Hey Blair, I truly appreciate you taking the time to post all the details of the example that you just provided.Originally posted by Blair Morris:
(Jim posted his explanation while I was drafting mine. Mines a bit different, so I'll leave it here).
This is how it was explained to me, and for the first time I actually understood it. This example presumes the fingers on each hand are playing cards.
Imagine the fingers on your left hand as alternating in color between black and red cards. (leave your thumbs out of this, it's easier....and put an ink dot on the fingers that are black, and leave the fingers that are red unmarked).
Now do the same on your right hand.
VERY IMPORTANT - Make sure the little finger on each hand is a different color.(if this were a deck of cards you'd ensure that the bottom card of each pile was a different color).
Now hold your fingers up in front of your face, palms towards you, and interlace them in any order you like, as if you were shuffling them like cards.
It won't matter if two fall onto one, or any other combination happens, just as long the little finger is a different color on each hand.
Now, from the top (an index finger), imagine each two fingers as cards, and imagine taking two of them at a time off the top of the pile.....you'll ALWAYS have one of each color in the pair of cards regardless of how your fingers were interlaced.
You can put one hand entirely on top of the other hand, or you can interlace each and every finger (or any other combination you like)....but you'll always get one of each.
It works with any repeating pattern (numbers, suits, whatever).
They're NOT always in the same order,but there's ALWAYS one of each.
Hey Pete, thank you for the explanation. I think explanation helped me understand the Gilbreath principle a little bit more. This is a nice example and situation of which someone could apply the Gilbreath. I was unaware that the patterns had to be in reverse order for the principle to work. You're absolutely right about that. Looking at the two straight hands after the mix was pretty astonishing too. I truly appreciate your help. Take care.Originally posted by Pete McCabe:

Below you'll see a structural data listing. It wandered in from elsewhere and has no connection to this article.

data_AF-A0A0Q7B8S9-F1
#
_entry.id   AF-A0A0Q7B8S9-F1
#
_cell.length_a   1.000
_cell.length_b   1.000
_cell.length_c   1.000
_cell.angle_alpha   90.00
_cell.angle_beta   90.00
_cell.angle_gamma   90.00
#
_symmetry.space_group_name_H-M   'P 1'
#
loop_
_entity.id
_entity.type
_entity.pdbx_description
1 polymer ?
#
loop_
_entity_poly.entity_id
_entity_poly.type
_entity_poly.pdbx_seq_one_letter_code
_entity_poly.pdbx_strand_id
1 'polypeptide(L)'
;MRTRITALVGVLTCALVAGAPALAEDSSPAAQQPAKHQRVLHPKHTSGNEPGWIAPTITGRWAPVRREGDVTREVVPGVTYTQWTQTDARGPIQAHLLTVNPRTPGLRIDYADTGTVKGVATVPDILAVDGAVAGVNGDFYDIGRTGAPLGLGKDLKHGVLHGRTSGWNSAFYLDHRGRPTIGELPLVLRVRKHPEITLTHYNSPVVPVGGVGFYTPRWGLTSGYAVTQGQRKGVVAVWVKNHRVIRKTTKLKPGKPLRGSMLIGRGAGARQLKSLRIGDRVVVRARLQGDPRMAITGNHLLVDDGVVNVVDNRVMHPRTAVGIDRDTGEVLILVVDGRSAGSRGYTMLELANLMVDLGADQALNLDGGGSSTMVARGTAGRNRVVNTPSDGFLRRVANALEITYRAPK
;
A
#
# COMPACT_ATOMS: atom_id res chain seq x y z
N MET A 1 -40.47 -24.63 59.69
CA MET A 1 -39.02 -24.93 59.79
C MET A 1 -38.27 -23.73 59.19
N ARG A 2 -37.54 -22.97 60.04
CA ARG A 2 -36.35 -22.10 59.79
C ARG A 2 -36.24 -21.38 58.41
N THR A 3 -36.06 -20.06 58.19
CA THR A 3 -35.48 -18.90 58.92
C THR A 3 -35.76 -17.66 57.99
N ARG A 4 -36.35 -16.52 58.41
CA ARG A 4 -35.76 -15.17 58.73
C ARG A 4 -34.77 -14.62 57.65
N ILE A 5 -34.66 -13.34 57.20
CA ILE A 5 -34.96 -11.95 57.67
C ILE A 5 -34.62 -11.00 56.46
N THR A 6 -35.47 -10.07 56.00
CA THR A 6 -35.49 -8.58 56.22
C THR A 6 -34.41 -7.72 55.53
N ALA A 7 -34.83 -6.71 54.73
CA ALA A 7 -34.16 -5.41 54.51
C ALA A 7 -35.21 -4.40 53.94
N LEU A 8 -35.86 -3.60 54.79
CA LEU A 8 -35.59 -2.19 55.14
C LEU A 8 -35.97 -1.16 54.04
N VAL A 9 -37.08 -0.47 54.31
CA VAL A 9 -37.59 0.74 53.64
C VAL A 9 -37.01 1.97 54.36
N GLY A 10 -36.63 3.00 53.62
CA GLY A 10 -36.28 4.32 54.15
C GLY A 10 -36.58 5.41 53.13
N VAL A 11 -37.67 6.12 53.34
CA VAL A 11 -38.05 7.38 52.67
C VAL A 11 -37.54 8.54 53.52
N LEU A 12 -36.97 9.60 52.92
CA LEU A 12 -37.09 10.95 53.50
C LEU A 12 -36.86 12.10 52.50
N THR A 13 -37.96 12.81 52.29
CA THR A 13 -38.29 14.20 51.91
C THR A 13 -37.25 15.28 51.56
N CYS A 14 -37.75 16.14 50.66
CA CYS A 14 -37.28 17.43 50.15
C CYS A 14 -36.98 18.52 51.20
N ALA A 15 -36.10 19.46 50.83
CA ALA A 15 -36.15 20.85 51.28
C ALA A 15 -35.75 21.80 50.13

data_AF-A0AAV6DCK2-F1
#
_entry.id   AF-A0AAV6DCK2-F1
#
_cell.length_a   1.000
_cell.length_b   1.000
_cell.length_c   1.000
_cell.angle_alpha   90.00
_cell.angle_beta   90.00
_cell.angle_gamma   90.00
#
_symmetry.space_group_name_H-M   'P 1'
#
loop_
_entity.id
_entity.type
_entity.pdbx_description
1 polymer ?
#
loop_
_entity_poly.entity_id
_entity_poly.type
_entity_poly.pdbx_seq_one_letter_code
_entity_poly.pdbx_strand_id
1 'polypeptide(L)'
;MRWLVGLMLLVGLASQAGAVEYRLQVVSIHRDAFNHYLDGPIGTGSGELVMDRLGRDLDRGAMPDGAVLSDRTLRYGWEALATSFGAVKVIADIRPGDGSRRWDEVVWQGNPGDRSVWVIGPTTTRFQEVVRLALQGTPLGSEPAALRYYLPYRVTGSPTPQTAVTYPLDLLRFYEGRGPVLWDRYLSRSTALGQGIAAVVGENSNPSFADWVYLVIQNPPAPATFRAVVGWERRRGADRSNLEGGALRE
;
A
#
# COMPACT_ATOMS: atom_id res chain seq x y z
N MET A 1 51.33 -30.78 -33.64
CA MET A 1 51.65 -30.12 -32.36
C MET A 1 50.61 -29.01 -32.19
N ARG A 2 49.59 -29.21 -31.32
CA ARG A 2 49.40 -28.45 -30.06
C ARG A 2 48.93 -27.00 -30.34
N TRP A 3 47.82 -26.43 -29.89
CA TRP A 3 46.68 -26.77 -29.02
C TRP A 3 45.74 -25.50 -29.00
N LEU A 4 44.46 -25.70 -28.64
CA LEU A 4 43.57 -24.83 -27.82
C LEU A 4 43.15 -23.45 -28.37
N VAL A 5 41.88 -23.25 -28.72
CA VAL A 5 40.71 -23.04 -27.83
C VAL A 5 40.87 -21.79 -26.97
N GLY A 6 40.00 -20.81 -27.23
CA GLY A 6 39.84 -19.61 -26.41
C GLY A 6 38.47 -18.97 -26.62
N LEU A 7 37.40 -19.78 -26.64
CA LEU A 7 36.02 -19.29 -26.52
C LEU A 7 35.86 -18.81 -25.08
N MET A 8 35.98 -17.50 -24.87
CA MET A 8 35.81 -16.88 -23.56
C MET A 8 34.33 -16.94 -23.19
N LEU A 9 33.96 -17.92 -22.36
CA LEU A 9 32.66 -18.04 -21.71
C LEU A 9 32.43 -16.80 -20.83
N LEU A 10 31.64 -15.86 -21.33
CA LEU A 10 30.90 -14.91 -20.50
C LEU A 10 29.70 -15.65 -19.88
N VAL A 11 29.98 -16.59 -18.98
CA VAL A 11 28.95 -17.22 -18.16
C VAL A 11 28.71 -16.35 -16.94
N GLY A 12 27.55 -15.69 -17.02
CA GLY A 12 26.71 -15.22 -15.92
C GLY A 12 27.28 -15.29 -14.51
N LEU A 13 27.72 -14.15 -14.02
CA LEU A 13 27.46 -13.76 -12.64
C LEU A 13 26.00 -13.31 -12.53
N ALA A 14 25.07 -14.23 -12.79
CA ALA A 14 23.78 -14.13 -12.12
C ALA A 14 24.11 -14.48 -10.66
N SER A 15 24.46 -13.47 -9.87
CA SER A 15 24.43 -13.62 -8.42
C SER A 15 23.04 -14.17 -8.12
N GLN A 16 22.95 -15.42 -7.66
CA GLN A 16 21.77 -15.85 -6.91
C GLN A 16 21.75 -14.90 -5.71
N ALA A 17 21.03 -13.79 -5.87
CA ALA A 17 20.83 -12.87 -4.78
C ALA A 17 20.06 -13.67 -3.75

Here's a simple way to explore/understand the principle.
Take a royal flush in spades and one in hearts. Arrange the spades in order from 10 to A and the hearts in order from A to 10, all face up.
Place both packets on the table in front of you.
Pick a card off the top of either packet and hold it in your hand.
Repeat four more times, each time taking a card from either packet.
You now hold a straight, from 10 to A.
What throws most people about the Gilbreath principle is that the most common applications use a pattern that repeats every two cards: red black red black. So it's not obvious that for the principle to work, the two patterns have to be in reverse order. The 10 through A and A through 10 application makes this much clearer.
Anthony, how often have you performed this and how often has it failed? Some of the times you won't find any of the selections correctly, you'll find only one correctly or you'll find one but think that it belongs to the wrong spectator.Originally posted by AnthonyR:
By the way, if you are unfamiliar with "The Hawk," you are deffinately missing out!
Hey Thomase,Originally posted by Jim Snapp:
Check out this web address for another explaination of the Gilbreath principle;
I only claimed that the handling on the video is not sure fire even if you follow it exactly, but I do have a good remedy for it.Originally posted by AnthonyR:
As far as the effect working all the time, TRUST ME, IT WORKS ALL THE TIME PROVIDED THAT ALL STEPS HAVE BEEN REMEMBERED.
I have thought out a solution to this problem
you no longer need to shuffle the pack.